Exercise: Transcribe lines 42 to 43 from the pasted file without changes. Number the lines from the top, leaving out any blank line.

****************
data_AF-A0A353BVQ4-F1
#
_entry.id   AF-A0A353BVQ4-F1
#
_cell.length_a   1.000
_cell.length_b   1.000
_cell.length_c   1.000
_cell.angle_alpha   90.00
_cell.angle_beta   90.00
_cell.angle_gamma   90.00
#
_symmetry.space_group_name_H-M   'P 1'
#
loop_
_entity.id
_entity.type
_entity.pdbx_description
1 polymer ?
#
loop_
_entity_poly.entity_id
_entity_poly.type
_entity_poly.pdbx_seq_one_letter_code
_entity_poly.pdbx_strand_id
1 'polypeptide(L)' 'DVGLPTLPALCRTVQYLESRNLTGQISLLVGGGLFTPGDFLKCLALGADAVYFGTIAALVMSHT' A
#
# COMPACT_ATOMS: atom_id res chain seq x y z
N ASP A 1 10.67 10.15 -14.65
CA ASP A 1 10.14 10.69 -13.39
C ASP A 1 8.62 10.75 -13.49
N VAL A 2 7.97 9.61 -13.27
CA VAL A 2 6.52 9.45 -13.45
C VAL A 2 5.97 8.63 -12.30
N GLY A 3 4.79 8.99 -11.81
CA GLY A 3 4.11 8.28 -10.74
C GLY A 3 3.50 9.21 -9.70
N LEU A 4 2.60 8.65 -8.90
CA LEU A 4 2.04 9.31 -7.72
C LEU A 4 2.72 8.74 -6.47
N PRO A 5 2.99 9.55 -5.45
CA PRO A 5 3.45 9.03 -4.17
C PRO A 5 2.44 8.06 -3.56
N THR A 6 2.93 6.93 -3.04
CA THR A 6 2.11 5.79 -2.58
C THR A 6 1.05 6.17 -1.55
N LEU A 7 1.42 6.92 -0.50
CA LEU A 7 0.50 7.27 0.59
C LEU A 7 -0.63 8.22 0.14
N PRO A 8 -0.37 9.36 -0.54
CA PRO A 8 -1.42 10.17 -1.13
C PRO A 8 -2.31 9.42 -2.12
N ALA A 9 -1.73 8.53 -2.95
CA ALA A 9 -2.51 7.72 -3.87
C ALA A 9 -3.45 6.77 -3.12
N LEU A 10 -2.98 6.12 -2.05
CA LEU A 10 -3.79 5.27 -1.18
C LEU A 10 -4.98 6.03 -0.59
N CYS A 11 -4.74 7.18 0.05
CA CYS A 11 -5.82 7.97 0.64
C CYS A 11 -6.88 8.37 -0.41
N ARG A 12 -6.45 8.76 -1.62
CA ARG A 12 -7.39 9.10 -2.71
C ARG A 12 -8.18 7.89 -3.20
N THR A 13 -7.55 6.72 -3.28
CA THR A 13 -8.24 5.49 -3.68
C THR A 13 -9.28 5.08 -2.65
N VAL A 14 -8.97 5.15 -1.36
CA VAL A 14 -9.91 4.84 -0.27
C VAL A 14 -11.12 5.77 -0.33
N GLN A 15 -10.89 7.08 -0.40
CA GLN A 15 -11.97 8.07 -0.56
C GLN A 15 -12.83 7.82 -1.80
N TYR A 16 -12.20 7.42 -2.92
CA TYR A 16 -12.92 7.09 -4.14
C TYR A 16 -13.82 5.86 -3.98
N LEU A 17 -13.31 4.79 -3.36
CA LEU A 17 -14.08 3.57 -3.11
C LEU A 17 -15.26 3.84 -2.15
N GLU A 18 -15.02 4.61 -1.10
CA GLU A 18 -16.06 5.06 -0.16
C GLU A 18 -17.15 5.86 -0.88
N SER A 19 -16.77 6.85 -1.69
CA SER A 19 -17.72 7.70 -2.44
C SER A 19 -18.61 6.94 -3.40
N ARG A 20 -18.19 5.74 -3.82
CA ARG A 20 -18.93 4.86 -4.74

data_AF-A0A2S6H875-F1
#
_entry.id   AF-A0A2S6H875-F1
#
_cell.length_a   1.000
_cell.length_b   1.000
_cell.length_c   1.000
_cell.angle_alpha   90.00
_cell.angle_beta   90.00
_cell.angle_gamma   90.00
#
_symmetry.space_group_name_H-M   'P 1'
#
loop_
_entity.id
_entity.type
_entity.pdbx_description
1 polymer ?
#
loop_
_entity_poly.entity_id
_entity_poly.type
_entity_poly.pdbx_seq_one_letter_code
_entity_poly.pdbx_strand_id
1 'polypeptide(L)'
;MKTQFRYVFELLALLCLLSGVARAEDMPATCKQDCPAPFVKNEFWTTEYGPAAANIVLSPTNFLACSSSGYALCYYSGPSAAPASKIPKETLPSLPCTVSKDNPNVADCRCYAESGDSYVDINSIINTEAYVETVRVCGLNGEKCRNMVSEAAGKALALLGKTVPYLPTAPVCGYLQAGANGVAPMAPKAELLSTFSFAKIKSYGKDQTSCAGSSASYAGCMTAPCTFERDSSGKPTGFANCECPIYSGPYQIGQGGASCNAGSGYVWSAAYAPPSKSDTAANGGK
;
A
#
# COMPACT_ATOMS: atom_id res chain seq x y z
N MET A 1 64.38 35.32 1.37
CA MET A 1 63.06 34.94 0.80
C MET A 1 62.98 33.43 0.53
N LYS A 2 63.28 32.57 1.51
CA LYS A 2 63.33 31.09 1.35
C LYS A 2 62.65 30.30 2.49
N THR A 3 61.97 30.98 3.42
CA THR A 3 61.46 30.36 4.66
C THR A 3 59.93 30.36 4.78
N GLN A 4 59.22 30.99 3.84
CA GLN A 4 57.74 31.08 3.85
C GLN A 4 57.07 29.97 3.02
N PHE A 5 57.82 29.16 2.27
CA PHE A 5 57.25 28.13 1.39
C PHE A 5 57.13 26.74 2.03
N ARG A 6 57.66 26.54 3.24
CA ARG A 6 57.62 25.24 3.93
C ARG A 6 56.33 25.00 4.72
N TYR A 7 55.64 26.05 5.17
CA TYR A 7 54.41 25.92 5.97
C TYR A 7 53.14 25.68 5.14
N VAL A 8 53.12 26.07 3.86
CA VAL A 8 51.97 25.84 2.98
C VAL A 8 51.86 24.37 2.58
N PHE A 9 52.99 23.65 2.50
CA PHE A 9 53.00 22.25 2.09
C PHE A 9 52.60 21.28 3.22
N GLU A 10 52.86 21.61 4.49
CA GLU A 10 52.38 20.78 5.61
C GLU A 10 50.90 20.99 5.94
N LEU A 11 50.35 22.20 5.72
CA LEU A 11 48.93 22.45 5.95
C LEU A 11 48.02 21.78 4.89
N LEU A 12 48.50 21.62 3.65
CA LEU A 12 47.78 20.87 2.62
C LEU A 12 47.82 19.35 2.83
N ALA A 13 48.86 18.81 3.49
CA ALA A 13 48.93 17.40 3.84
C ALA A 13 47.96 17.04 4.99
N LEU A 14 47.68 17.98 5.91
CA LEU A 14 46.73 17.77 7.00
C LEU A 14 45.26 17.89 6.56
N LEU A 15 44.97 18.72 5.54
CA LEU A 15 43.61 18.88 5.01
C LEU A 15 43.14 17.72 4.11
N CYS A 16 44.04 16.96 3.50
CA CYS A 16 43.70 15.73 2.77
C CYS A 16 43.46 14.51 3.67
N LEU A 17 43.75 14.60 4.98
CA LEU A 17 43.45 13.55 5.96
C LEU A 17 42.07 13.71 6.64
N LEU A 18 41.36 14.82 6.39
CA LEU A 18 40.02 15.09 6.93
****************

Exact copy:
C PRO A 5 2.44 8.06 -3.56
N THR A 6 2.93 6.93 -3.04